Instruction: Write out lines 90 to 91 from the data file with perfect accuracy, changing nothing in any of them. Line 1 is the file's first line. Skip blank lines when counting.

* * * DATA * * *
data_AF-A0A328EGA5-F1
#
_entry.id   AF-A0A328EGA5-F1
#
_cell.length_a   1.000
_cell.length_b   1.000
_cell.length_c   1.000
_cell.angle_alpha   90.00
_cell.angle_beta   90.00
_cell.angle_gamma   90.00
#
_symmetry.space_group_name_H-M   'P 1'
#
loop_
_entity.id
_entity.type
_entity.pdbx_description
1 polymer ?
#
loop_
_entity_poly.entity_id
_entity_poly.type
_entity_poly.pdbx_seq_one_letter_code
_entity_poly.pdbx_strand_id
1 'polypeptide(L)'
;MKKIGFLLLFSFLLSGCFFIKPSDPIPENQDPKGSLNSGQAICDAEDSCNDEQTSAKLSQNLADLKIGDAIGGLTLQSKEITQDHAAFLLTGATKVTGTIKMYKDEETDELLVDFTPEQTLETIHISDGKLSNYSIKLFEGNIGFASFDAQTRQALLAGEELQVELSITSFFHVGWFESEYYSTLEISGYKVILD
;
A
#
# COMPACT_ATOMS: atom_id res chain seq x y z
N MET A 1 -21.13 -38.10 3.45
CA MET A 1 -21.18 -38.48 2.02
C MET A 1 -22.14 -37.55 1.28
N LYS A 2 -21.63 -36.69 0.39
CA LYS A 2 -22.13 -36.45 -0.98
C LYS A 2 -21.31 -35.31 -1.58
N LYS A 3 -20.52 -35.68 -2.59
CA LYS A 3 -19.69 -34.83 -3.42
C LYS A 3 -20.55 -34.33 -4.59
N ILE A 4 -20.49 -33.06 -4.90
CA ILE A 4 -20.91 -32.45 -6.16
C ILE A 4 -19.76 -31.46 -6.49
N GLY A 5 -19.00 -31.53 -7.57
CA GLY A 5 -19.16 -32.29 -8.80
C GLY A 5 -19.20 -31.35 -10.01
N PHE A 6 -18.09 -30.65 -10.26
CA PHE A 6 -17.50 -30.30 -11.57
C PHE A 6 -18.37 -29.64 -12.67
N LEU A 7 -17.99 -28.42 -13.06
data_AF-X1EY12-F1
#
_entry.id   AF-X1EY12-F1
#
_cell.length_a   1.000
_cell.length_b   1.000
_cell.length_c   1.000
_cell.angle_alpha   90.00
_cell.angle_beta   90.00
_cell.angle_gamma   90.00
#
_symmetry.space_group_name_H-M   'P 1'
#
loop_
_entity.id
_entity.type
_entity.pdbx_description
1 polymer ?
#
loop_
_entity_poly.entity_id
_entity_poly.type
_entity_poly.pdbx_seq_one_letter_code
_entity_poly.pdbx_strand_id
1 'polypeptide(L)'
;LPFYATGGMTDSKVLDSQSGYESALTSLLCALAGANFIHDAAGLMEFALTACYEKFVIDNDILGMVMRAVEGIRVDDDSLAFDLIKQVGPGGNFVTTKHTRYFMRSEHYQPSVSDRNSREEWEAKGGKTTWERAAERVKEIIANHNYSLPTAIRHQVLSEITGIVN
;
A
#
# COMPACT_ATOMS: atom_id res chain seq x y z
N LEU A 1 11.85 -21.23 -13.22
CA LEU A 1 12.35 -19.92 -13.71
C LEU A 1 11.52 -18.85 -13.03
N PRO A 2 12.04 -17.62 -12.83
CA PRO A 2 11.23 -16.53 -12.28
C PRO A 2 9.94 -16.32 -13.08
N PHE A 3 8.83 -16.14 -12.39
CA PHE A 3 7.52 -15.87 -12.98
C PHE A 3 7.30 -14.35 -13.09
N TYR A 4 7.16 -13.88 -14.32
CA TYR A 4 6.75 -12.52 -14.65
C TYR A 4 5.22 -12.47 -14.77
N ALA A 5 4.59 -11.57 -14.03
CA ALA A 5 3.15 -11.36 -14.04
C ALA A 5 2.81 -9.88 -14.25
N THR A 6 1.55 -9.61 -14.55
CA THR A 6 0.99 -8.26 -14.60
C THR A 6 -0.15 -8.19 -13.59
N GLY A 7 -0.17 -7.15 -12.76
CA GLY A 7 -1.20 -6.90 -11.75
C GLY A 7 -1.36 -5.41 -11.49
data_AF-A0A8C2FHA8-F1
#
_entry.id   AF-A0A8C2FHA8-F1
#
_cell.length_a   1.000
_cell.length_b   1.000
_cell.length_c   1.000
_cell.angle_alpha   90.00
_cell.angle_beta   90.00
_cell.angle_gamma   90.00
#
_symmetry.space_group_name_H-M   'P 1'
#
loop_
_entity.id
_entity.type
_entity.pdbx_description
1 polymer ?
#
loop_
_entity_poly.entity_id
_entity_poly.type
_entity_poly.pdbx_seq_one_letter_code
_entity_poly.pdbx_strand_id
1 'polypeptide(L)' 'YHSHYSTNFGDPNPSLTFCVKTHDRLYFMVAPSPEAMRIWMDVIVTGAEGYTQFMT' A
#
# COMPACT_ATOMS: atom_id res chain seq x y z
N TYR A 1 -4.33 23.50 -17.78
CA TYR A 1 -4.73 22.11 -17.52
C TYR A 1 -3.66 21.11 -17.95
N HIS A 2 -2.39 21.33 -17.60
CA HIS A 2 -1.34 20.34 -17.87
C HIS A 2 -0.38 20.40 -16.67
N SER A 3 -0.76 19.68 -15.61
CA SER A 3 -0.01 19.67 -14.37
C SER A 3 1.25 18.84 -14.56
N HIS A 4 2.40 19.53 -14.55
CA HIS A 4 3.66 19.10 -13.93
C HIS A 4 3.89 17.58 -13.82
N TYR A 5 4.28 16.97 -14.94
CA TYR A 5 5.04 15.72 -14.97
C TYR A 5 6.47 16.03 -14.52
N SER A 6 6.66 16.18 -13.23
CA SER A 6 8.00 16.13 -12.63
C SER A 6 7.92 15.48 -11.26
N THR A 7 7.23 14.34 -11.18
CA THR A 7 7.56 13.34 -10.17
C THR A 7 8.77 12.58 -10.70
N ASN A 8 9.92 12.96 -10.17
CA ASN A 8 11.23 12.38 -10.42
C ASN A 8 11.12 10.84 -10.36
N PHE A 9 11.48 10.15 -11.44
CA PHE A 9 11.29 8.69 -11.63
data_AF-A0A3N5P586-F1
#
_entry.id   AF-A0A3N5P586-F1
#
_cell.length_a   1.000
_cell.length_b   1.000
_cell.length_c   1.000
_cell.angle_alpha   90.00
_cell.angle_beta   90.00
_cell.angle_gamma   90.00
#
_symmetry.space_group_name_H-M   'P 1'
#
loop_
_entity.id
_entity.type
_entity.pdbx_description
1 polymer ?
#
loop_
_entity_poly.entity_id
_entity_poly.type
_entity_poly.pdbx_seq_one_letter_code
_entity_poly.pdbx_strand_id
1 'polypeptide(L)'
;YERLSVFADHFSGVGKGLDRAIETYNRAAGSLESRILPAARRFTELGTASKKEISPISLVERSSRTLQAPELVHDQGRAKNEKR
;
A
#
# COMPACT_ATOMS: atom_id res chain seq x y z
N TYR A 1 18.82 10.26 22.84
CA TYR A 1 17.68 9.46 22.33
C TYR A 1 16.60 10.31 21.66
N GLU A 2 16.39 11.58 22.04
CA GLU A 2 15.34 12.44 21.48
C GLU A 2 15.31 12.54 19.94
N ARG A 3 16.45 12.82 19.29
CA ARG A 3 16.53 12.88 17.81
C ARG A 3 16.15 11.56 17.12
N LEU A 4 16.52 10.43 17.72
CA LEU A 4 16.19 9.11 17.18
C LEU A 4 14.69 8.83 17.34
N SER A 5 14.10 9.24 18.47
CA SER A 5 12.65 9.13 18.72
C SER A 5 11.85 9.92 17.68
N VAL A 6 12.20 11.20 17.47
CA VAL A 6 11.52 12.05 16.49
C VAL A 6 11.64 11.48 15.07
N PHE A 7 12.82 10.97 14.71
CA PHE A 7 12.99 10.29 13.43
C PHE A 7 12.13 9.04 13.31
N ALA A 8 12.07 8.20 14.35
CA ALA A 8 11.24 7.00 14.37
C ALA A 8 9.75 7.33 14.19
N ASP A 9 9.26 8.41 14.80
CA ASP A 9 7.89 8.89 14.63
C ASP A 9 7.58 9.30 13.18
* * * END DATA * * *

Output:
CA TYR A 4 6.75 -12.52 -14.65
C TYR A 4 5.22 -12.47 -14.77